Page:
Betting on oil price movements is a risky business.
As history shows movements in the world price of oil is not always driven by just supply and demand.
The price of oil is highly sensitive to geo-political factors, plus the Organisation of Petroleum Exporting Countries (OPEC) has long played a role in determining supply and price.
Those old enough to remember will recall that during the 1973 Arab-Israeli War, OPEC Arab member states imposed an embargo against the United States in retaliation for the U.S decision to supply arms to the Israeli military.
The embargo sent shock waves through the U.S., led to scenes of cars lined up for petrol and damaged the world’s biggest economy. This oil shock was felt around the world. The Arab action was exacerbated by a U.S. domestic reliance on foreign oil. Then President Nixon drafted a new energy strategy to boost domestic production.
Turn the clock forward 40 years and a new battle has broken out between OPEC and the U.S. that has developed new oil supplies on the back of a modern production technique known as shale drilling.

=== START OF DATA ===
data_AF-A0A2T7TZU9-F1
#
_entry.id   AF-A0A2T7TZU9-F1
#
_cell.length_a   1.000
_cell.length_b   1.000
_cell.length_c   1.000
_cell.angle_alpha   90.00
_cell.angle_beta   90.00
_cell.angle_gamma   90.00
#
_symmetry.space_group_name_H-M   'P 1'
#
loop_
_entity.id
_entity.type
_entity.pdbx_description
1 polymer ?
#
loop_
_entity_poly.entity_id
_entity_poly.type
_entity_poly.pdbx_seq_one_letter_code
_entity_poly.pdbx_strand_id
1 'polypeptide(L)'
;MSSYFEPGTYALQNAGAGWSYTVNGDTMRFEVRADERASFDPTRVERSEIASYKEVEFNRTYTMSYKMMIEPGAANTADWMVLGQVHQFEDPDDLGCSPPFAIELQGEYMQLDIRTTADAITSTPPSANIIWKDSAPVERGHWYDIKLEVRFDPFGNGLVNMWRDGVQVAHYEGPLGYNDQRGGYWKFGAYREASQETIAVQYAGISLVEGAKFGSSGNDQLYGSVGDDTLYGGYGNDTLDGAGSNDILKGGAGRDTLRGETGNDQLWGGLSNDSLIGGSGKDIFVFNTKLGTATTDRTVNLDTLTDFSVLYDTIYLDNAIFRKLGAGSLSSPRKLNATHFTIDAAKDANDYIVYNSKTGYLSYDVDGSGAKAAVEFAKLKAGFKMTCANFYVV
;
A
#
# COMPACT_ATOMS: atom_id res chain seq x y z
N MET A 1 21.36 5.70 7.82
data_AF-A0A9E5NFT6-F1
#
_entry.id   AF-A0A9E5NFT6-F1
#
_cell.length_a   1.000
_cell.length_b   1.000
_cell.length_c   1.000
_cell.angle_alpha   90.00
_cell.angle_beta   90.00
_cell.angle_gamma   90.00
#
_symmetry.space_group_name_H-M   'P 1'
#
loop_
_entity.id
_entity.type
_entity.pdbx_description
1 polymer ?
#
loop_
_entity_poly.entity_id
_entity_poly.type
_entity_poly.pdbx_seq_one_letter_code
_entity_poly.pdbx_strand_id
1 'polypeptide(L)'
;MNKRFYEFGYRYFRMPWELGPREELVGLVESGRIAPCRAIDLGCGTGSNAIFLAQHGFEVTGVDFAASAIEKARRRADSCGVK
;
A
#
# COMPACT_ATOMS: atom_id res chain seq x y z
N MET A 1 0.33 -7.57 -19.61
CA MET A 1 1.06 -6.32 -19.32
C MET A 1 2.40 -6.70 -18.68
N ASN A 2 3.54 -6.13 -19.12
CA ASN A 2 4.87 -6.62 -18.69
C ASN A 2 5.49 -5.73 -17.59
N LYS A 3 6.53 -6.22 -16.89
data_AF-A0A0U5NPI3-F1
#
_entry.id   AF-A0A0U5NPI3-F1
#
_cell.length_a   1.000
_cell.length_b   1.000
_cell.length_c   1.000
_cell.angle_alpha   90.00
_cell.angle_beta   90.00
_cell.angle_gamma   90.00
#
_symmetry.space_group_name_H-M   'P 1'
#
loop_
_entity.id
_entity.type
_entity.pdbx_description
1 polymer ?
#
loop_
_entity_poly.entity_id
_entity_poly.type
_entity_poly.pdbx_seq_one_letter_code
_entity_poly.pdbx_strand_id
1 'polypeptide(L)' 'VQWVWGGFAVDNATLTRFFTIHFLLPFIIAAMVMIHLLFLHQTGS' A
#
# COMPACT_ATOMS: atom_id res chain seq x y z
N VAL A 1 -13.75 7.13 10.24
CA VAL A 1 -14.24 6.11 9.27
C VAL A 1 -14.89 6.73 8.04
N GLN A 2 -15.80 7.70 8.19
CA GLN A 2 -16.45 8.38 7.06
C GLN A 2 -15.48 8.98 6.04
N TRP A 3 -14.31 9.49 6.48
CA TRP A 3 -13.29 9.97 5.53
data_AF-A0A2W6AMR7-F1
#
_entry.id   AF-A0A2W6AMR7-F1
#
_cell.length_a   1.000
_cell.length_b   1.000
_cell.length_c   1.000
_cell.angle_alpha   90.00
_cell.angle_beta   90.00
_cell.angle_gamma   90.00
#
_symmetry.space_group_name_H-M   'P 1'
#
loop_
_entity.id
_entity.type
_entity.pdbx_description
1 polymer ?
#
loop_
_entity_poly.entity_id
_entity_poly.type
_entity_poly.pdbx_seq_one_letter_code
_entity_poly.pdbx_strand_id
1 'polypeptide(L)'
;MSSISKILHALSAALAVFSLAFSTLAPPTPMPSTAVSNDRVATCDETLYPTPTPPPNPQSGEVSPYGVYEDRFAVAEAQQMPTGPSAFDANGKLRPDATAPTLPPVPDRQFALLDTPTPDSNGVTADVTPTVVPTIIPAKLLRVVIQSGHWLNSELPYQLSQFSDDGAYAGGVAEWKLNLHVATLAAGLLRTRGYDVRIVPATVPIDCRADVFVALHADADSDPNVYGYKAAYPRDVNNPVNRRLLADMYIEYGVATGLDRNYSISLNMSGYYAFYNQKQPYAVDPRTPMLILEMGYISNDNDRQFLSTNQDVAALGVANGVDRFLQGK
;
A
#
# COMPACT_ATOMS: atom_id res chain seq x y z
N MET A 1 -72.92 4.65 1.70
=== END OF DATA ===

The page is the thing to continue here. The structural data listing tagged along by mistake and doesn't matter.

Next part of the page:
With oil prices dropping below $30 US a barrel, there has been a lot of negative talk about the future for producers and the energy sector more widely. OPEC has stood defiantly refusing to countenance a drop in production in an oversupplied market, but this week there has been a softening in the language.
The London Daily Telegraph reported that Saudi Oil Minister Ali al-Naimi said he was optimistic that major producers would eventually come together to help rebalance the market.
“Market forces as well as the co-operation among producing nations always lead to the restoration of stability,” he said Oman, which is the largest Gulf producer outside OPEC, said it is ready to cut back production if other nations also relented.
And in another positive sign here in Australia, the AFR’s Matthew Smith reports that the National Australia bank’s investment arm, MLC is considering a bet on oil going up.
The AFR reported that MLC portfolio manager Ben McCaw was considering an options strategy to capture the “upside of a bounce in the price of oil”.
The low cost of oil is putting pressure on the Australian biofuels market – a lift in prices will ensure this important domestic market can go from strength to strength. This is particularly important following the planned introduction of a biofuels mandate in Queensland and changes to boost an established mandate in NSW. Meanwhile, London-based bookmaking arm Ladbrokes has bet even money on oil dropping slightly lower. That shows there is no such thing as a sure bet, especially when it comes to oil.